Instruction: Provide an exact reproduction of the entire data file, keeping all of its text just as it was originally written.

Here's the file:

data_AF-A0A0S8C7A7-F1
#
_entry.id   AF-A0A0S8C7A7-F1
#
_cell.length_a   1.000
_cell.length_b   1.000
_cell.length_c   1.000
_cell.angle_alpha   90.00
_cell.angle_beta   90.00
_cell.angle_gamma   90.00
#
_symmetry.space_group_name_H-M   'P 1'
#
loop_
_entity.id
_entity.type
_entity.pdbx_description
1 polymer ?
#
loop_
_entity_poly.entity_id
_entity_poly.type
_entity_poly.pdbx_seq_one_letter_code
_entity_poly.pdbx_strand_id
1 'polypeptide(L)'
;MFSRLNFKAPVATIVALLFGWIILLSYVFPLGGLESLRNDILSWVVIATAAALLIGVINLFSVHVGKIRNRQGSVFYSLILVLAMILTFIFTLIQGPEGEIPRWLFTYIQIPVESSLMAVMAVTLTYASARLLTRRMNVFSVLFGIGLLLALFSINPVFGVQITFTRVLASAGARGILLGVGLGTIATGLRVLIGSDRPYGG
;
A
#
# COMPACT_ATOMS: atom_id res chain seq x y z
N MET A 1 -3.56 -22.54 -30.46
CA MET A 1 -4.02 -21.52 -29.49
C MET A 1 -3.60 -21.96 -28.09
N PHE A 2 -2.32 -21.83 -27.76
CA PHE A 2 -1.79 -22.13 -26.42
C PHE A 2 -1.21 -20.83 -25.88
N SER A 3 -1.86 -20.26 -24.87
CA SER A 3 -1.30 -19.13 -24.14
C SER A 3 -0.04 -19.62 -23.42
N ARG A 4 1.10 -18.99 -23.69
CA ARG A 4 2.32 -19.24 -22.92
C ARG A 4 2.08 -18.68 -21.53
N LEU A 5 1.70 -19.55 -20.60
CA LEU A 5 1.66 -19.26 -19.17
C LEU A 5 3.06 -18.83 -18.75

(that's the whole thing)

data_AF-A0A0S8C7A7-F1
#
_entry.id   AF-A0A0S8C7A7-F1
#
_cell.length_a   1.000
_cell.length_b   1.000
_cell.length_c   1.000
_cell.angle_alpha   90.00
_cell.angle_beta   90.00
_cell.angle_gamma   90.00
#
_symmetry.space_group_name_H-M   'P 1'
#
loop_
_entity.id
_entity.type
_entity.pdbx_description
1 polymer ?
#
loop_
_entity_poly.entity_id
_entity_poly.type
_entity_poly.pdbx_seq_one_letter_code
_entity_poly.pdbx_strand_id
1 'polypeptide(L)'
;MFSRLNFKAPVATIVALLFGWIILLSYVFPLGGLESLRNDILSWVVIATAAALLIGVINLFSVHVGKIRNRQGSVFYSLILVLAMILTFIFTLIQGPEGEIPRWLFTYIQIPVESSLMAVMAVTLTYASARLLTRRMNVFSVLFGIGLLLALFSINPVFGVQITFTRVLASAGARGILLGVGLGTIATGLRVLIGSDRPYGG
;
A
#
# COMPACT_ATOMS: atom_id res chain seq x y z
N MET A 1 -3.56 -22.54 -30.46
CA MET A 1 -4.02 -21.52 -29.49
C MET A 1 -3.60 -21.96 -28.09
N PHE A 2 -2.32 -21.83 -27.76
CA PHE A 2 -1.79 -22.13 -26.42
C PHE A 2 -1.21 -20.83 -25.88
N SER A 3 -1.86 -20.26 -24.87
CA SER A 3 -1.30 -19.13 -24.14
C SER A 3 -0.04 -19.62 -23.42
N ARG A 4 1.10 -18.99 -23.69
CA ARG A 4 2.32 -19.24 -22.92
C ARG A 4 2.08 -18.68 -21.53
N LEU A 5 1.70 -19.55 -20.60
CA LEU A 5 1.66 -19.26 -19.17
C LEU A 5 3.06 -18.83 -18.75